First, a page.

The rate offered for part-time PA support has varied between £0 and £77 per hour, with £20-40/h being common. The amount varies according to factors such as: number of hours needed, amount of disposable income (most part-time work seems to be paid out of personal pockets), and skills required beyond those needed for typical Virtual Assistant tasks (e.g. data entry, basic Googling).
But negotiate with each other. And perhaps renegotiate after you’ve spent some time working together.
Factors you may want to consider when deciding on a rate include:
- The PA’s prior experience / ability to add value
- The client’s budget
- How enjoyable / convenient / useful the PA finds the work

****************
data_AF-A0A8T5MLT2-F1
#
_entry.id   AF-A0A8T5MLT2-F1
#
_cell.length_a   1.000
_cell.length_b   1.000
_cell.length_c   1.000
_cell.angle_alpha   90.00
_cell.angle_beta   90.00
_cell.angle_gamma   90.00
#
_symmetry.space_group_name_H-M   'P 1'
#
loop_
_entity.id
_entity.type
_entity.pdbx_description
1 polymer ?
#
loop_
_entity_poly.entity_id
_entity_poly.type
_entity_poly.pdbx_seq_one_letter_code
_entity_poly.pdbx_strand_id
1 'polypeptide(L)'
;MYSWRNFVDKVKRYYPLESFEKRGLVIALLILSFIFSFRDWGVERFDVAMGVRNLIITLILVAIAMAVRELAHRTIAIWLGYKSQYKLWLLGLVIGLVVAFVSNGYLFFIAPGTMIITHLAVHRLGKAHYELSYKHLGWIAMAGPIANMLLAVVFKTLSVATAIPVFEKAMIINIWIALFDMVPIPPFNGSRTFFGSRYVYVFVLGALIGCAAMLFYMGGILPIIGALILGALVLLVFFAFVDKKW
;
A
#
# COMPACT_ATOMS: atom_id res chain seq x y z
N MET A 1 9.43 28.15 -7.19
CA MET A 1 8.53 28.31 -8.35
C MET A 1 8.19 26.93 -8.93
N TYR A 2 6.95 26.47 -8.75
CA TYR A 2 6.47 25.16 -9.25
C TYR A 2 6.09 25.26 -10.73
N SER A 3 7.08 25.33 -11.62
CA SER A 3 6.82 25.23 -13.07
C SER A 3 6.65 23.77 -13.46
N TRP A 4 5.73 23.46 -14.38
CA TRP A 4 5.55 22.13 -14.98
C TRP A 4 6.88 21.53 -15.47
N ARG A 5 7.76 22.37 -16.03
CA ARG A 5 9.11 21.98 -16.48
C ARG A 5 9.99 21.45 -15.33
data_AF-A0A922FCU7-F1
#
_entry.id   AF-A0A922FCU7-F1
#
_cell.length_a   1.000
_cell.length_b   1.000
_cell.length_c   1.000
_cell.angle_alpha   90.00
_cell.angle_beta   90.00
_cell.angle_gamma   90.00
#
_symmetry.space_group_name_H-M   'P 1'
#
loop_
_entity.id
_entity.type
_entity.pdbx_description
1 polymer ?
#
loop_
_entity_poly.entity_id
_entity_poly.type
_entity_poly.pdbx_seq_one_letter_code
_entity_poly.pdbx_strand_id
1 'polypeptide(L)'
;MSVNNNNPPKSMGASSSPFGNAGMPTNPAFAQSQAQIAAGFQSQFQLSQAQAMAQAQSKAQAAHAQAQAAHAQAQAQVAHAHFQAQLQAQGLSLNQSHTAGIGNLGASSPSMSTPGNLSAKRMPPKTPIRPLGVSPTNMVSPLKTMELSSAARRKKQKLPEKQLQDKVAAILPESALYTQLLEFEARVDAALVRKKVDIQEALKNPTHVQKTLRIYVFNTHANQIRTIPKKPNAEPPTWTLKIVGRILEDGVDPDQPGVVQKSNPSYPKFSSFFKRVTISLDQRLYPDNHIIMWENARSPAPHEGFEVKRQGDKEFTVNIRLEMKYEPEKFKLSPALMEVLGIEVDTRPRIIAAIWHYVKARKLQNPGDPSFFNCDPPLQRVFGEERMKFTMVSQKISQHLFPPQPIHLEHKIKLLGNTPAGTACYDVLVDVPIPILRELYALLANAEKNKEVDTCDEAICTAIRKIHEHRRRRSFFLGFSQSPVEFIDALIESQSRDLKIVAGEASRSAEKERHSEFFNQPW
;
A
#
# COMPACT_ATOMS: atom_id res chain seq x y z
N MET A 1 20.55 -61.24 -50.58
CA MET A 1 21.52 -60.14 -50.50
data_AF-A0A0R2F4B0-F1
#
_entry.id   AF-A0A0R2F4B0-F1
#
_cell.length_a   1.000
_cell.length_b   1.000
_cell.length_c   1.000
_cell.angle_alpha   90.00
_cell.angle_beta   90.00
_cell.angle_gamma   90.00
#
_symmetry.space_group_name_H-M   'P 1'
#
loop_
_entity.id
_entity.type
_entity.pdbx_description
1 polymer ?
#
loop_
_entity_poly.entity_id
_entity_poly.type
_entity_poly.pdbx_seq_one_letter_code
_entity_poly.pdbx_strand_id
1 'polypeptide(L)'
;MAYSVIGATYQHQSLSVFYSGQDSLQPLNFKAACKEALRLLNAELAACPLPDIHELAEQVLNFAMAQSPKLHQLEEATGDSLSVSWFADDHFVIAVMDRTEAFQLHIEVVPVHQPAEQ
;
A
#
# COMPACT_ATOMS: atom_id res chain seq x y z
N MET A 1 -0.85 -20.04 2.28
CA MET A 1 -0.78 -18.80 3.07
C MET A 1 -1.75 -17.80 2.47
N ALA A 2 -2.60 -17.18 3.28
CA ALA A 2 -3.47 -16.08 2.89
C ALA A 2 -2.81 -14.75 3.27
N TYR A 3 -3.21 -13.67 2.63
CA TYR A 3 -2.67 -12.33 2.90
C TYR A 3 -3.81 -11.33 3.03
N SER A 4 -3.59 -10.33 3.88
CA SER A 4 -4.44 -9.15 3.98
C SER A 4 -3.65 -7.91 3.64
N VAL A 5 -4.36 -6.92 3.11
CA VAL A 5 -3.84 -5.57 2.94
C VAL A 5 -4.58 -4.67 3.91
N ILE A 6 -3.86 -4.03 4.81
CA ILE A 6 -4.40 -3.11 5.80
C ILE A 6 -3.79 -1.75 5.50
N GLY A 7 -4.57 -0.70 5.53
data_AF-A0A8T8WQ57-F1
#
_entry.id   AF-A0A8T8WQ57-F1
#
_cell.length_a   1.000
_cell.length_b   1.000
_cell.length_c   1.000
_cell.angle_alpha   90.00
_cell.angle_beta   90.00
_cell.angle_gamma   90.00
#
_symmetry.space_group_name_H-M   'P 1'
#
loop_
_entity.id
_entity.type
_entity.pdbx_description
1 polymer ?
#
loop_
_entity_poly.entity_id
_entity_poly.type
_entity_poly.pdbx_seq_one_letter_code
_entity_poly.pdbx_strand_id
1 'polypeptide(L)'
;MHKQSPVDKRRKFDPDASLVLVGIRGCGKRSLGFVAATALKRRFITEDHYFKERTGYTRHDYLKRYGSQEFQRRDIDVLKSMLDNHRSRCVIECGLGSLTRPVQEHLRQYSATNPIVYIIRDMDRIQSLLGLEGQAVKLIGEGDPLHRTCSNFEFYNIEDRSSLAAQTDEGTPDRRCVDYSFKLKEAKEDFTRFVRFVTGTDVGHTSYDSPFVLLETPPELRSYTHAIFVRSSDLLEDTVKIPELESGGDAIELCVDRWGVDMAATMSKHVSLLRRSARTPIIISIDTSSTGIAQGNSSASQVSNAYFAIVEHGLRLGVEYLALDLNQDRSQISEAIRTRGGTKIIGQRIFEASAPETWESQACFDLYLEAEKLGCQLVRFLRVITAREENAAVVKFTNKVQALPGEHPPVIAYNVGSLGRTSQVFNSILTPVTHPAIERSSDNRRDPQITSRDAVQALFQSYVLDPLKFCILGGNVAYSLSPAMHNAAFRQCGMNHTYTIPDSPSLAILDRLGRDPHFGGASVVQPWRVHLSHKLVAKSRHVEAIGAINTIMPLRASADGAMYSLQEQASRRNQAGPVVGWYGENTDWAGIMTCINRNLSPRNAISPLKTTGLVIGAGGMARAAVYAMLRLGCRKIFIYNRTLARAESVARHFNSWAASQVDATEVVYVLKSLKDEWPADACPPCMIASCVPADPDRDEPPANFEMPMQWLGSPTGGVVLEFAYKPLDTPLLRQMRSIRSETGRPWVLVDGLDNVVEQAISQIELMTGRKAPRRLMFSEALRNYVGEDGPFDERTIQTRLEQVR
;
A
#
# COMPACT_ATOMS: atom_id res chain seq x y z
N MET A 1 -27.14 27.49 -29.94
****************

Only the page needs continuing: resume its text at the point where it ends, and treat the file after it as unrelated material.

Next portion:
- The rate you feel sustainably comfortable with vs. the rate you could do at a push
- Self-employment expenses (self-employment rates tend to be ~1.5-2x higher than those of full-time employees doing similar work to account for insurance and taxes, periods of sickness / holiday / seeking work, office space and equipment, etc.)
6. Is PA work a stepping stone to other work?
Some EAs see PA work as a long-term career path for themselves. But we think that many consider PA work primarily a stepping stone to more senior roles in EA, either with the same individual/organisation or elsewhere. Where this is the case, we strongly encourage PAs to be upfront about this before agreeing to work together and to give their clients an honest estimate of how long they expect to stay in the role.